Saturday, August 10, 2019

Word (ward) party

The average American will move 11 times throughout their life (Canadians are not far behind). I hit that number before I even got married, so I'm well above average now. That number was actually surprisingly...high...I thought. I would have expected it to be lower.

When we lived in Spanish Fork I would giggle to myself when people described their difficult moves. This one time a girl got up to bear her testimony about how years ago (like a decade or more) when they'd moved into the ward/neighbourhood, her family had been distraught to be leaving their family and everything they knew to go so far away. She went on and on about how difficult it was to be so far away from her grandparents and her cousins and how isolated they had felt, but went on to reveal that her family had moved from...Provo.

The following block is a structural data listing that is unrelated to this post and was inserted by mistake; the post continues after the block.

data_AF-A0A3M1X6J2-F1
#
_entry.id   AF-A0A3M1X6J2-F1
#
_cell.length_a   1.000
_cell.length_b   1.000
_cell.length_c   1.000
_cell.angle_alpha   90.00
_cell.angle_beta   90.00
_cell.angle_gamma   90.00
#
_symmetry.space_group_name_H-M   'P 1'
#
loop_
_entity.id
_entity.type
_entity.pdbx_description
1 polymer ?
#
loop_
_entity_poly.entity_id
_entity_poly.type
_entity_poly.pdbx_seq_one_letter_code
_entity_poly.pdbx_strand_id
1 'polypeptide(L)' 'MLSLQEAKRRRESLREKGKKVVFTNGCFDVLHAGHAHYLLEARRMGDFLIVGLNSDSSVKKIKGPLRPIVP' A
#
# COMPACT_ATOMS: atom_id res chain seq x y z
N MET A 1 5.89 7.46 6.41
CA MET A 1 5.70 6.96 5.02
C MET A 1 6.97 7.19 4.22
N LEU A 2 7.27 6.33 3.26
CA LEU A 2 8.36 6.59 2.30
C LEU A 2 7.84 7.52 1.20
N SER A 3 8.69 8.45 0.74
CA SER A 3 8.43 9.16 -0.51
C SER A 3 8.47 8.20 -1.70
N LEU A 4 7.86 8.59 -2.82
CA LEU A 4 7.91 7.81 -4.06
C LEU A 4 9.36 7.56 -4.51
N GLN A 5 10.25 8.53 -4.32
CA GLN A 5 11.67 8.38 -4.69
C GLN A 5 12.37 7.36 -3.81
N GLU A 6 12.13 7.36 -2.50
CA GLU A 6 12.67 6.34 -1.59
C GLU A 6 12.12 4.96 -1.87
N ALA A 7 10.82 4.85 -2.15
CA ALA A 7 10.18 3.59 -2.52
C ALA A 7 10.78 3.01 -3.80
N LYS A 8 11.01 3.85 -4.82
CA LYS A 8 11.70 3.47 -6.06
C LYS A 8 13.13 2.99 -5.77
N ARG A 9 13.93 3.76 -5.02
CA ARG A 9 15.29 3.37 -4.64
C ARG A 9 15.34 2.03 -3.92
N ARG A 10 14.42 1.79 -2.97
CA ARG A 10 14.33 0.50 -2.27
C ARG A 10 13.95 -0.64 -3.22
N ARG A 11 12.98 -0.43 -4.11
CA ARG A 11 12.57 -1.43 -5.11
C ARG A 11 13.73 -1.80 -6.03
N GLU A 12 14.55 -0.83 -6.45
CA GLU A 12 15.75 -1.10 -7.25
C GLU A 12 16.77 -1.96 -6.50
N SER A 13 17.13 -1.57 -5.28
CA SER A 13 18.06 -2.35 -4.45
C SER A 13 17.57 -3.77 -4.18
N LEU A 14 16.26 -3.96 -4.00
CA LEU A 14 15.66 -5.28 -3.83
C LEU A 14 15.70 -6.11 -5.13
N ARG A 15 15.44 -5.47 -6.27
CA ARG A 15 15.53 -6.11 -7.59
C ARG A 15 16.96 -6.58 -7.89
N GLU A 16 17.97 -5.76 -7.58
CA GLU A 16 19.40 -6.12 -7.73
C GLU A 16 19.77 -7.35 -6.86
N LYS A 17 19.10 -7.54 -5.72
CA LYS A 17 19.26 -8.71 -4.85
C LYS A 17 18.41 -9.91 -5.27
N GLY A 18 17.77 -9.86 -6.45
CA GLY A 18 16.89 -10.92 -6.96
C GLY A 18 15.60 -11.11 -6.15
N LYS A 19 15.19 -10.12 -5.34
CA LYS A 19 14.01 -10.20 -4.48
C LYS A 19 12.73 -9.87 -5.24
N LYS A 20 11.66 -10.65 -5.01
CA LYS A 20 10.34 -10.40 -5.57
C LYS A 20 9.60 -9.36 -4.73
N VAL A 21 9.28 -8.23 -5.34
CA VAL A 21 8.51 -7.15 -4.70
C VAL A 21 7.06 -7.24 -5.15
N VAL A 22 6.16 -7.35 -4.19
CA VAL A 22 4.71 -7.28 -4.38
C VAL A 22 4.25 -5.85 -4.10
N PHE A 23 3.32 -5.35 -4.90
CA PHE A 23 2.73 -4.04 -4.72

PROVO?! I screamed at her in my head. PROVO!!!? Moving from Provo was difficult for you?!

Provo and Spanish Fork are about 10 miles apart. No joke. Like, seriously, if you miss your family... go visit them (they are right there).

I'm sure it was a difficult transition all the same, but it makes me question the whole "average of 11 moves" thing. I don't know many people who have moved 11 times.

I also would have expected this move to be easier for me. But it hasn't been. It's been difficult.


I've simultaneously felt like I am not (or cannot) accomplish anything and therefore am contributing/doing nothing and like I'm left to do everything because everyone else is doing nothing. Swinging between feeling useless and exploited has not been very fair to my poor family (probably especially Andrew). I've spent a ridiculous amount of time moping and/or crying, so I think it's fair to say that I've done more exploiting than I've been exploited.

Andrew finally convinced me to try to find a therapist, so I tried. But I couldn't handle the ones with nosy receptionists because I couldn't ever quite get through the reason I might want to see a therapist without crying. So I contacted one with an online form to fill out—perfect! because no voice quavering—but she apparently has a long wait list. So...meh...